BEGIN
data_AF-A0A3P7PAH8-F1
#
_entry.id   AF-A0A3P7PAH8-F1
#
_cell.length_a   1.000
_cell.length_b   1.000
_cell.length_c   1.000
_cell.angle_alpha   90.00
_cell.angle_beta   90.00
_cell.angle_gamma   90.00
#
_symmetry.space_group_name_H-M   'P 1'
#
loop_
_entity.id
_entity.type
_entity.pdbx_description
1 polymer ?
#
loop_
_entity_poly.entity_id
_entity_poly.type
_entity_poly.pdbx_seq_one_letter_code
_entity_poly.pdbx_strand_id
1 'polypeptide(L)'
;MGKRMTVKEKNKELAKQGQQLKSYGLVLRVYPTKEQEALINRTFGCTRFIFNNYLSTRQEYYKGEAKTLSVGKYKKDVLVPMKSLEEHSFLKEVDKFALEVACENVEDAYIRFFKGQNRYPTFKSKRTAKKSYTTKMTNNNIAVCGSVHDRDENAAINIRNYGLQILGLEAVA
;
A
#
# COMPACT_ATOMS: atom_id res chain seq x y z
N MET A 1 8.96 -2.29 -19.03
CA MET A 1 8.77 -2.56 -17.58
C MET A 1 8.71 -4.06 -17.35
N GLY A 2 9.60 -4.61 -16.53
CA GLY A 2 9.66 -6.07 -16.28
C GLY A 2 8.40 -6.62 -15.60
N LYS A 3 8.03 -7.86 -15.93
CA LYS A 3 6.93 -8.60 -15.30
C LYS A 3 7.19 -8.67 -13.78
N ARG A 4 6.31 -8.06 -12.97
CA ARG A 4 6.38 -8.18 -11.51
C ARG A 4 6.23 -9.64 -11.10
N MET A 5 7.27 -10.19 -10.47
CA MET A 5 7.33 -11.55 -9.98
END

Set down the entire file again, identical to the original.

data_AF-A0A3P7PAH8-F1
#
_entry.id   AF-A0A3P7PAH8-F1
#
_cell.length_a   1.000
_cell.length_b   1.000
_cell.length_c   1.000
_cell.angle_alpha   90.00
_cell.angle_beta   90.00
_cell.angle_gamma   90.00
#
_symmetry.space_group_name_H-M   'P 1'
#
loop_
_entity.id
_entity.type
_entity.pdbx_description
1 polymer ?
#
loop_
_entity_poly.entity_id
_entity_poly.type
_entity_poly.pdbx_seq_one_letter_code
_entity_poly.pdbx_strand_id
1 'polypeptide(L)'
;MGKRMTVKEKNKELAKQGQQLKSYGLVLRVYPTKEQEALINRTFGCTRFIFNNYLSTRQEYYKGEAKTLSVGKYKKDVLVPMKSLEEHSFLKEVDKFALEVACENVEDAYIRFFKGQNRYPTFKSKRTAKKSYTTKMTNNNIAVCGSVHDRDENAAINIRNYGLQILGLEAVA
;
A
#
# COMPACT_ATOMS: atom_id res chain seq x y z
N MET A 1 8.96 -2.29 -19.03
CA MET A 1 8.77 -2.56 -17.58
C MET A 1 8.71 -4.06 -17.35
N GLY A 2 9.60 -4.61 -16.53
CA GLY A 2 9.66 -6.07 -16.28
C GLY A 2 8.40 -6.62 -15.60
N LYS A 3 8.03 -7.86 -15.93
CA LYS A 3 6.93 -8.60 -15.30
C LYS A 3 7.19 -8.67 -13.78
N ARG A 4 6.31 -8.06 -12.97
CA ARG A 4 6.38 -8.18 -11.51
C ARG A 4 6.23 -9.64 -11.10
N MET A 5 7.27 -10.19 -10.47
CA MET A 5 7.33 -11.55 -9.98